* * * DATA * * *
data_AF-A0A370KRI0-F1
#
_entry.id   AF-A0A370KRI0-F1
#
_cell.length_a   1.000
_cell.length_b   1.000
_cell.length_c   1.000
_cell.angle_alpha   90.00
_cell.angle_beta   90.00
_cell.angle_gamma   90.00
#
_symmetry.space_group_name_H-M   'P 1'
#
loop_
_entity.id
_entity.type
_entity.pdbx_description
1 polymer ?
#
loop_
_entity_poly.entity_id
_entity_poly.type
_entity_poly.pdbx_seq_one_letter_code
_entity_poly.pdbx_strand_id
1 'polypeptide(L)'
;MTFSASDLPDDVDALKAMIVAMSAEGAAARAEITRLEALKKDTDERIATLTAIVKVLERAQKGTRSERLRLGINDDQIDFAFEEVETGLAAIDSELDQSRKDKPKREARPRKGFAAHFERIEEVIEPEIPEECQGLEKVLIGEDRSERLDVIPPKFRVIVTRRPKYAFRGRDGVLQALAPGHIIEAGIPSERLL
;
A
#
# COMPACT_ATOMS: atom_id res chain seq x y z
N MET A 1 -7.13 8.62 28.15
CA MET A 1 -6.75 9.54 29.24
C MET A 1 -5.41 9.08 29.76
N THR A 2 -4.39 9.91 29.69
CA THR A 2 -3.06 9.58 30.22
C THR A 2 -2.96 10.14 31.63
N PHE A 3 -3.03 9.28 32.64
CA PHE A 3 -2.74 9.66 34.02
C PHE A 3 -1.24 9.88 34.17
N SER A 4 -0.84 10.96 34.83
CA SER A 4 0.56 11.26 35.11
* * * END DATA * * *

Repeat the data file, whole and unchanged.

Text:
data_AF-A0A370KRI0-F1
#
_entry.id   AF-A0A370KRI0-F1
#
_cell.length_a   1.000
_cell.length_b   1.000
_cell.length_c   1.000
_cell.angle_alpha   90.00
_cell.angle_beta   90.00
_cell.angle_gamma   90.00
#
_symmetry.space_group_name_H-M   'P 1'
#
loop_
_entity.id
_entity.type
_entity.pdbx_description
1 polymer ?
#
loop_
_entity_poly.entity_id
_entity_poly.type
_entity_poly.pdbx_seq_one_letter_code
_entity_poly.pdbx_strand_id
1 'polypeptide(L)'
;MTFSASDLPDDVDALKAMIVAMSAEGAAARAEITRLEALKKDTDERIATLTAIVKVLERAQKGTRSERLRLGINDDQIDFAFEEVETGLAAIDSELDQSRKDKPKREARPRKGFAAHFERIEEVIEPEIPEECQGLEKVLIGEDRSERLDVIPPKFRVIVTRRPKYAFRGRDGVLQALAPGHIIEAGIPSERLL
;
A
#
# COMPACT_ATOMS: atom_id res chain seq x y z
N MET A 1 -7.13 8.62 28.15
CA MET A 1 -6.75 9.54 29.24
C MET A 1 -5.41 9.08 29.76
N THR A 2 -4.39 9.91 29.69
CA THR A 2 -3.06 9.58 30.22
C THR A 2 -2.96 10.14 31.63
N PHE A 3 -3.03 9.28 32.64
CA PHE A 3 -2.74 9.66 34.02
C PHE A 3 -1.24 9.88 34.17
N SER A 4 -0.84 10.96 34.83
CA SER A 4 0.56 11.26 35.11